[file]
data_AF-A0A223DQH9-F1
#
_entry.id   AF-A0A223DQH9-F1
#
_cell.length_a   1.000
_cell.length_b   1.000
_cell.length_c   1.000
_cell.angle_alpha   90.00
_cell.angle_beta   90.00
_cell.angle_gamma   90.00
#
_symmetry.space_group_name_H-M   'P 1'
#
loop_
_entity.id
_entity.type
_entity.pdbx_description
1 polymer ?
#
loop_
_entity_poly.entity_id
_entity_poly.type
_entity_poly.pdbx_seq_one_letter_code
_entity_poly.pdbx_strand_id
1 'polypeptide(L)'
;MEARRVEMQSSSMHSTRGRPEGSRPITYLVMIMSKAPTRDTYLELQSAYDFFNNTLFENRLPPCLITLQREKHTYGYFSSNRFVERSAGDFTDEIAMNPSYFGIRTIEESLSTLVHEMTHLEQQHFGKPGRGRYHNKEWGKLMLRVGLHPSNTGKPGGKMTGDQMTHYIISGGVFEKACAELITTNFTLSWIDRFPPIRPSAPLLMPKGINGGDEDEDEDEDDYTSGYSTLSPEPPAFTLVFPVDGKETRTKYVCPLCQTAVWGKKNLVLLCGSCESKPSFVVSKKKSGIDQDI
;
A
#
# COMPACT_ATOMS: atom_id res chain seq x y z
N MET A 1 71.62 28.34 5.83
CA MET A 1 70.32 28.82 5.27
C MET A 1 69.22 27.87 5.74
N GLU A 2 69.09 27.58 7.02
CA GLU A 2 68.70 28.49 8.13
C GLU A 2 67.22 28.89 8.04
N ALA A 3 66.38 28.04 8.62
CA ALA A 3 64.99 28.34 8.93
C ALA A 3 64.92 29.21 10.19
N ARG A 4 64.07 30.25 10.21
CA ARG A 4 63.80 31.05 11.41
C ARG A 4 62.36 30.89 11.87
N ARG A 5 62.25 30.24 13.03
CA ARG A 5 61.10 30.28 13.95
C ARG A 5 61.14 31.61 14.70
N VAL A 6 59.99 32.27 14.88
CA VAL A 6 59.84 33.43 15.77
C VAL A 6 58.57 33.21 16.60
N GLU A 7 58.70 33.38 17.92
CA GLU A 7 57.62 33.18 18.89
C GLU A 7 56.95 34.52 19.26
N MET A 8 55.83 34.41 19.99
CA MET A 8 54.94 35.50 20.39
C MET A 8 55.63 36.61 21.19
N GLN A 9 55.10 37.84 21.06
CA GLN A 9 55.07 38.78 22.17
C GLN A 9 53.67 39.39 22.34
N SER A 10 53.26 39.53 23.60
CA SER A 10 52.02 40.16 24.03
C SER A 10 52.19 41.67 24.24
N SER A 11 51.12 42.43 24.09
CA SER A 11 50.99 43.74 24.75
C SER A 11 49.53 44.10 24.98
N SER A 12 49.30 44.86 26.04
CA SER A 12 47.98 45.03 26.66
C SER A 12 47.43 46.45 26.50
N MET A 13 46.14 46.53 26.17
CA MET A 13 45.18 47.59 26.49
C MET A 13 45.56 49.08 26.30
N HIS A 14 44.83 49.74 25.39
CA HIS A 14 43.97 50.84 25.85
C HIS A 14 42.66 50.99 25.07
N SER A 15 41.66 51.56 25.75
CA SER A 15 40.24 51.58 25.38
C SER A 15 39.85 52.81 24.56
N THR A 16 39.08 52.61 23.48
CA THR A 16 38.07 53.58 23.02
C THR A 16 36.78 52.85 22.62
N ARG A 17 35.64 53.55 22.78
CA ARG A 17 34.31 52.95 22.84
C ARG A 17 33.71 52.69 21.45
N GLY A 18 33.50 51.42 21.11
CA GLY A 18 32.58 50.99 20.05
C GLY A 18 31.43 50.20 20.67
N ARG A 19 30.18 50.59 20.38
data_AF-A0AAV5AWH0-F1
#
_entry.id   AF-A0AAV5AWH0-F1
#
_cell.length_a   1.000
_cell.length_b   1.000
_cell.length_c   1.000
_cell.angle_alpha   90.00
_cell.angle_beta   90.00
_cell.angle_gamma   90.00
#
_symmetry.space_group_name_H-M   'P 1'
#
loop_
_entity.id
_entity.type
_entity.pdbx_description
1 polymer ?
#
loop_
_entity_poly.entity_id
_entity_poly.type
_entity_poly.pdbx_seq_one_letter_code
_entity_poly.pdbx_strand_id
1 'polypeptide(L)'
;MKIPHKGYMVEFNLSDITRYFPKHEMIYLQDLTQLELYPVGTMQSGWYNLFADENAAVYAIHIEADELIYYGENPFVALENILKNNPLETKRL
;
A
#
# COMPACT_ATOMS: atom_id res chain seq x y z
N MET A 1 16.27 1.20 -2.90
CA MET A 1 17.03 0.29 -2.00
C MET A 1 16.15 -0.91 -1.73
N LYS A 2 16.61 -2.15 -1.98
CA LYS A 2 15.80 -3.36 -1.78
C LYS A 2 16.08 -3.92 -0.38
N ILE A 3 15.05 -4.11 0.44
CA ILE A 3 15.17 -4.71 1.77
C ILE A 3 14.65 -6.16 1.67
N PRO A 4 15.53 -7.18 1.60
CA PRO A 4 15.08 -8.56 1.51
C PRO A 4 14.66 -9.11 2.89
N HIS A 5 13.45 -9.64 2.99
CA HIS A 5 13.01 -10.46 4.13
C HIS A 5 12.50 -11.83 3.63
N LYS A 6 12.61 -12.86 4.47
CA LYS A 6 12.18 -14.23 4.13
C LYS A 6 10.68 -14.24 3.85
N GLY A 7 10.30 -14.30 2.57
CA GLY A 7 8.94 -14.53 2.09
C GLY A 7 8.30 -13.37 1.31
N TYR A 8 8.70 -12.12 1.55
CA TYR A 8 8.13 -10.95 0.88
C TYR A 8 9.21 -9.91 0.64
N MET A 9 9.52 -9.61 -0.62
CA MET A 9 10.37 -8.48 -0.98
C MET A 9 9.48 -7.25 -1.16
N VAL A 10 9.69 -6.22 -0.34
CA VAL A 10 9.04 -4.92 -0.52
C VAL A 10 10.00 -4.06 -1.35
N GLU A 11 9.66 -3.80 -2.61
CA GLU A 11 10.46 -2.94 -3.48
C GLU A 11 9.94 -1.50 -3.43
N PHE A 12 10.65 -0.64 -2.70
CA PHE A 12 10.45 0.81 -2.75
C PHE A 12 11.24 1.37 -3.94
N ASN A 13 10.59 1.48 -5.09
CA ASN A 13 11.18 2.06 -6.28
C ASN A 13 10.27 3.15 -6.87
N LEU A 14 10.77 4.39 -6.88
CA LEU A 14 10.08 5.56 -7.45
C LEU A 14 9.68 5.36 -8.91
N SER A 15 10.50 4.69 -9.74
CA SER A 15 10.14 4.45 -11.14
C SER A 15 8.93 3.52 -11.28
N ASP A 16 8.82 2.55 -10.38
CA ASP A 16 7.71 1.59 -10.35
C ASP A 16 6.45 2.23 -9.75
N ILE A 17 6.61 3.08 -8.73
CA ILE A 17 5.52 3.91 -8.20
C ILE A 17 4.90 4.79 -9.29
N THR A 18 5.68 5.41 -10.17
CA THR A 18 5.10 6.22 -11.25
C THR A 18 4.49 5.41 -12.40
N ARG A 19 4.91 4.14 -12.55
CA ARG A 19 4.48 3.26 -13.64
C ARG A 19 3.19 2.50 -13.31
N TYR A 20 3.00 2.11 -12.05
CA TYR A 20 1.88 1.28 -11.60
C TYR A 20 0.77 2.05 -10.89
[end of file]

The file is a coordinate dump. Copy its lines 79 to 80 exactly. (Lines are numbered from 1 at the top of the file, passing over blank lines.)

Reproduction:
N ARG A 17 35.64 53.55 22.78
CA ARG A 17 34.31 52.95 22.84